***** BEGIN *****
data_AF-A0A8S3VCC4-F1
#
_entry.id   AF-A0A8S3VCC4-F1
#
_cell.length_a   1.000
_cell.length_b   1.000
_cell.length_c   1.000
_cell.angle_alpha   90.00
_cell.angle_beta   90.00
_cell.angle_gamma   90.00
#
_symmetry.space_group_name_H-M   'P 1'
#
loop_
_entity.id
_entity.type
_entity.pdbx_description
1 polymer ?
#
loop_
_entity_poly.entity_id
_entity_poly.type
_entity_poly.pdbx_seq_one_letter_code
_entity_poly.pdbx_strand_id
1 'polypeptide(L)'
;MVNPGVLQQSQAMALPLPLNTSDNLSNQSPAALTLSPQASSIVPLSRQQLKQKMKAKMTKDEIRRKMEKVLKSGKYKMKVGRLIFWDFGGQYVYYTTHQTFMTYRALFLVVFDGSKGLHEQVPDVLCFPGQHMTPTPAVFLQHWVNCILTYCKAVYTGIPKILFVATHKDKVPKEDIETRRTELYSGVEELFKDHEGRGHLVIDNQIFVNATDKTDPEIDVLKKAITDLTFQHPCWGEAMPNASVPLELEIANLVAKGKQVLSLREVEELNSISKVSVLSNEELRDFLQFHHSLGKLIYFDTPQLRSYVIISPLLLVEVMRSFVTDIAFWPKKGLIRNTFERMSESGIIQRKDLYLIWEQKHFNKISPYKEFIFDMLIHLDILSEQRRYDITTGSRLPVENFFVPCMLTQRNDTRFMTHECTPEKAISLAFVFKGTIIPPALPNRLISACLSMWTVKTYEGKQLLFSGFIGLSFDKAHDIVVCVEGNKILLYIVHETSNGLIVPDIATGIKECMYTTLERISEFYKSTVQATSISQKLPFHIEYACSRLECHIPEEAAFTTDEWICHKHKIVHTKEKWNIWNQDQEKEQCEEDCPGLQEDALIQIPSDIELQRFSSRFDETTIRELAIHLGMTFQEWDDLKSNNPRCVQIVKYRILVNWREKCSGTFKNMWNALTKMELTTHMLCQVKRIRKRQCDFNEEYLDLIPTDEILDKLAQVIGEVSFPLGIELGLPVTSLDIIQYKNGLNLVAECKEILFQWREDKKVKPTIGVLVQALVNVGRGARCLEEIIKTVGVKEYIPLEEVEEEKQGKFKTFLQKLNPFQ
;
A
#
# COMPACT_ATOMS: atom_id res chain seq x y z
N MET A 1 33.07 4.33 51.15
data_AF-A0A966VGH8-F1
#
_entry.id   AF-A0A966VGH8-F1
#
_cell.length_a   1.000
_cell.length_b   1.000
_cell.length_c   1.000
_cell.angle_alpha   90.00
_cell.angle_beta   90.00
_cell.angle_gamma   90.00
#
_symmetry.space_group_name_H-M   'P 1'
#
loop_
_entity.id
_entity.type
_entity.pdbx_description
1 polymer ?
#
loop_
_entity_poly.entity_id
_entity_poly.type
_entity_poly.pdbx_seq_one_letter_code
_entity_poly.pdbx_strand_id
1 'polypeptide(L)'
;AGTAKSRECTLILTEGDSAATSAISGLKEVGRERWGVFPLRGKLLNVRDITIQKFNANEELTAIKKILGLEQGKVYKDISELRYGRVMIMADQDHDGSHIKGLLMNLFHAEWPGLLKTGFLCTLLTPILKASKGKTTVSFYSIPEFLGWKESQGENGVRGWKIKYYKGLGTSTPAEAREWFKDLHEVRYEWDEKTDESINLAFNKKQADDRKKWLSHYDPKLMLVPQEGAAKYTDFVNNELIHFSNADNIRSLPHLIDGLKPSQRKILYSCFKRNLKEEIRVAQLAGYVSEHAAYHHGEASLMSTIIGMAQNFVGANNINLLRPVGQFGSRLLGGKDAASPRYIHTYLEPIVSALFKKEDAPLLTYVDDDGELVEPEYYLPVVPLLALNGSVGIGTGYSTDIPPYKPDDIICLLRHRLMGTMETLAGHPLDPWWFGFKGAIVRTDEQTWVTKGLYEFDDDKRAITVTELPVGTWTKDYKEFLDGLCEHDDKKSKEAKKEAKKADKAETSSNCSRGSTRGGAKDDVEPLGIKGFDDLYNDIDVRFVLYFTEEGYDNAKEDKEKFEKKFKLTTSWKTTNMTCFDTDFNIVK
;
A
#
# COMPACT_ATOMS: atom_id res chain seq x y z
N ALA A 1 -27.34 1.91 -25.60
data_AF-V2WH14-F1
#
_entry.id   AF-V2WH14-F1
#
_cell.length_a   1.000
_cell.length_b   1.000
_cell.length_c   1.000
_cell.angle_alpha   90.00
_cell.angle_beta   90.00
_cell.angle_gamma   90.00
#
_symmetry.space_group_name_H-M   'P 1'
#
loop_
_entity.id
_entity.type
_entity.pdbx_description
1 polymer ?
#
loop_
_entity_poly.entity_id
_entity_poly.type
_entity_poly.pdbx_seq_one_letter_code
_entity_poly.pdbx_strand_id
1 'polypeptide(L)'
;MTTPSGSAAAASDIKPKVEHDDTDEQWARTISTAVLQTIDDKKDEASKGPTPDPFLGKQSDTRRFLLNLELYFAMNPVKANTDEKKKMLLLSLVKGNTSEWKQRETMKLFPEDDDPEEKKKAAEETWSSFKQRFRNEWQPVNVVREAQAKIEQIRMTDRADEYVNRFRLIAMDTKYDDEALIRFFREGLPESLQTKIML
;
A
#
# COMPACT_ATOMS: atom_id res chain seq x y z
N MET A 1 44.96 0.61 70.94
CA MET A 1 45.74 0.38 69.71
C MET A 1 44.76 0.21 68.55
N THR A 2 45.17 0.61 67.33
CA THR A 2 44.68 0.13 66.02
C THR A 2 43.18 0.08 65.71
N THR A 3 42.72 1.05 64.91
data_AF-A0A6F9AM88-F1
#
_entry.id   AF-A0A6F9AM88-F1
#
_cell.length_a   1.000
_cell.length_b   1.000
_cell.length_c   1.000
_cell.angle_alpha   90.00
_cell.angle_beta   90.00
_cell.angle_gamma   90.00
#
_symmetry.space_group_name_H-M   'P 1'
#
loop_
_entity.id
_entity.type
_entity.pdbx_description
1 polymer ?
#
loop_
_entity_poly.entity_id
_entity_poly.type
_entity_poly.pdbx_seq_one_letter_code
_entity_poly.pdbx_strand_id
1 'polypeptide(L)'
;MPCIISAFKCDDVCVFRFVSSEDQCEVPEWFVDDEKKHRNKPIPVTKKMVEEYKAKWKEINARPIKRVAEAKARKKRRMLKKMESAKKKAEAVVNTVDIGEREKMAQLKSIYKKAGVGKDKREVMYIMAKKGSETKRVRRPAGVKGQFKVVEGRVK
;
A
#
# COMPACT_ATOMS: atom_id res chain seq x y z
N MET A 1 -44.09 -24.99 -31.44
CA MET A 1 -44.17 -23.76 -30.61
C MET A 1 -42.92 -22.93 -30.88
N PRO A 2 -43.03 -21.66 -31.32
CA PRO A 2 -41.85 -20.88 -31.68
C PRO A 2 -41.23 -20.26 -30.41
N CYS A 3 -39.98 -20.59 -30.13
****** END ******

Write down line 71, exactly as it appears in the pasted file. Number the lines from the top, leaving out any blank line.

_cell.angle_beta   90.00